News Releases

News Releases

DHEC Helps Parents Brush Up on Good Oral Health Habits for Kids

February 12, 2019

COLUMBIA, S.C. – The S.C. Department of Health and Environmental Control is helping parents brush up on the importance of their child’s oral hygiene and the positive habits that lead to healthy smiles.

February is National Children’s Dental Health Month, an initiative that raises awareness about the importance of good oral health. Tooth decay is the most common chronic disease in children, but it can be prevented if parents help establish positive oral hygiene habits sooner rather than later.

DHEC’s Division of Oral Health received a federally funded Perinatal and Infant Oral Health Quality Improvement Expansion Grant to support the oral health of South Carolina’s youngest children. The funding helps expand the public’s access to preventive oral health information through their local health departments and medical and dental settings.

“We’re trying to expand the recognition of oral health as an essential part of total health and well-being from the earliest age,” said Dr. Ray Lala, director of the Division of Oral Health at DHEC. “We want receiving a toothbrush at a DHEC regional office or from a pediatrician to be a common experience. Prevention is key, and we can all be messengers.”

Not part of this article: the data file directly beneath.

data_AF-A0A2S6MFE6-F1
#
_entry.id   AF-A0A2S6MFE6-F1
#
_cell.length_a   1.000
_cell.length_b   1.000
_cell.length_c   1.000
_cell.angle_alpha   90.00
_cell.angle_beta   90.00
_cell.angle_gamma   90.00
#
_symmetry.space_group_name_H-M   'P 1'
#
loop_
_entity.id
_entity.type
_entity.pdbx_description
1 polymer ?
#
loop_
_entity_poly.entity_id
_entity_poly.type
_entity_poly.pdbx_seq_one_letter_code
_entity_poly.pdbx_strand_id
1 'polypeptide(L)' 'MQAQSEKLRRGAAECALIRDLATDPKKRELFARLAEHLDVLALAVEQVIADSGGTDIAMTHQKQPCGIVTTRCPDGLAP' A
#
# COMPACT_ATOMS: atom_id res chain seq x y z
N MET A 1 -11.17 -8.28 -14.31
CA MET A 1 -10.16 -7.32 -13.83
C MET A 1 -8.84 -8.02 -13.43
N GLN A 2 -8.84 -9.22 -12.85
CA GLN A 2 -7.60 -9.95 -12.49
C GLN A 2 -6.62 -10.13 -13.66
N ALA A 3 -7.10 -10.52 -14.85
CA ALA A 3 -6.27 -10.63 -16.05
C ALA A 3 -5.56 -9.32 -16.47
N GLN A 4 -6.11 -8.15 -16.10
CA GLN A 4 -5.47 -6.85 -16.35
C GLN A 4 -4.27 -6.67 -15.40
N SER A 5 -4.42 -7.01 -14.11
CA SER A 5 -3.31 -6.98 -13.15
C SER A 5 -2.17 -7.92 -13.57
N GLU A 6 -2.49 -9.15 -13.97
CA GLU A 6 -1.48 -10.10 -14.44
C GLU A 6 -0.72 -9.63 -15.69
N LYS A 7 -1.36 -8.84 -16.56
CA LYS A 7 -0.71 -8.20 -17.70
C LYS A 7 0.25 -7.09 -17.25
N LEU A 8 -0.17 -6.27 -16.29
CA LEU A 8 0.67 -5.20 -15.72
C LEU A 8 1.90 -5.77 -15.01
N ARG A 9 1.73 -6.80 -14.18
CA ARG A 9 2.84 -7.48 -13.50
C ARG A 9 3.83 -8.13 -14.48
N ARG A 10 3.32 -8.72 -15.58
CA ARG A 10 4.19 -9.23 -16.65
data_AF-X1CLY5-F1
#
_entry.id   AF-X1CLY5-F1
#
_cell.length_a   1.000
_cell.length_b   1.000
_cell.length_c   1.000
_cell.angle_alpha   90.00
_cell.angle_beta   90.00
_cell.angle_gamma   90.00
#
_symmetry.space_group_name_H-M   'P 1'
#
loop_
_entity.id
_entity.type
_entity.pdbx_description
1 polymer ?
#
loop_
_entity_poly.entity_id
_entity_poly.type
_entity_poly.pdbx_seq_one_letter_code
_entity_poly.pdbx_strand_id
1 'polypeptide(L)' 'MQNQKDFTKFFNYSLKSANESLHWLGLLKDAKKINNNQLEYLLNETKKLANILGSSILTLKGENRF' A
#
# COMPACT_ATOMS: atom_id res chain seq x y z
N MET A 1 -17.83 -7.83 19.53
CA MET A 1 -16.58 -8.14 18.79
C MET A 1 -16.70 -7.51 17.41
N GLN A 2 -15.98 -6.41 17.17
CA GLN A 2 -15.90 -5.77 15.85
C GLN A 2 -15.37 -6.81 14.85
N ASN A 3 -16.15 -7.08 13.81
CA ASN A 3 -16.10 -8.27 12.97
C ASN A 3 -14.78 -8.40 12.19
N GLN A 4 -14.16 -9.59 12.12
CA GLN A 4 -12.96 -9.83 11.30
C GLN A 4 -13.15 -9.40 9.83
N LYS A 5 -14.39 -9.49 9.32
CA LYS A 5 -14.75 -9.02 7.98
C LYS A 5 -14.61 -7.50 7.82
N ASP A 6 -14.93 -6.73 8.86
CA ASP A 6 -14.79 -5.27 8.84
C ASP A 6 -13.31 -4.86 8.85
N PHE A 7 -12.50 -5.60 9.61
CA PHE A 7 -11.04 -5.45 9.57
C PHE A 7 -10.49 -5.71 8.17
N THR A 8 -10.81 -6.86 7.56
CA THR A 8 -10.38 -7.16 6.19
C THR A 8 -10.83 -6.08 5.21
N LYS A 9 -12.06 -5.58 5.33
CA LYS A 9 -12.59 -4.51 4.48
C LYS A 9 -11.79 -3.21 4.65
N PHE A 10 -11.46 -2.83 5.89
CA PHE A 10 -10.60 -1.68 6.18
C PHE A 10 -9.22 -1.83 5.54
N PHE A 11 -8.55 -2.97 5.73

DHEC encourages parents to implement mouth care routines beginning as early as infancy, before a child’s first tooth even appears. To help prevent dental issues, parents should:

  • Begin oral care during infancy by wiping a baby’s gums and mouth with a soft cloth
  • Brush a child's teeth with fluoridated toothpaste twice a day for two minutes. Children under the age of three should use a smear of toothpaste, and children over three should use a pea-sized amount.
  • Take their children for regular dentist visits beginning at the age of one.
  • Talk to a pediatrician, family doctor, nurse or dentist about putting fluoride varnish on children's teeth as soon as they get their first tooth.
  • Limit a child’s consumption of sugary snacks and drinks.
  • Ask their child's dentist about dental sealants that protect teeth from decay.

A healthy mouth is an important part of a child’s overall wellbeing. To learn more about oral health care, visit



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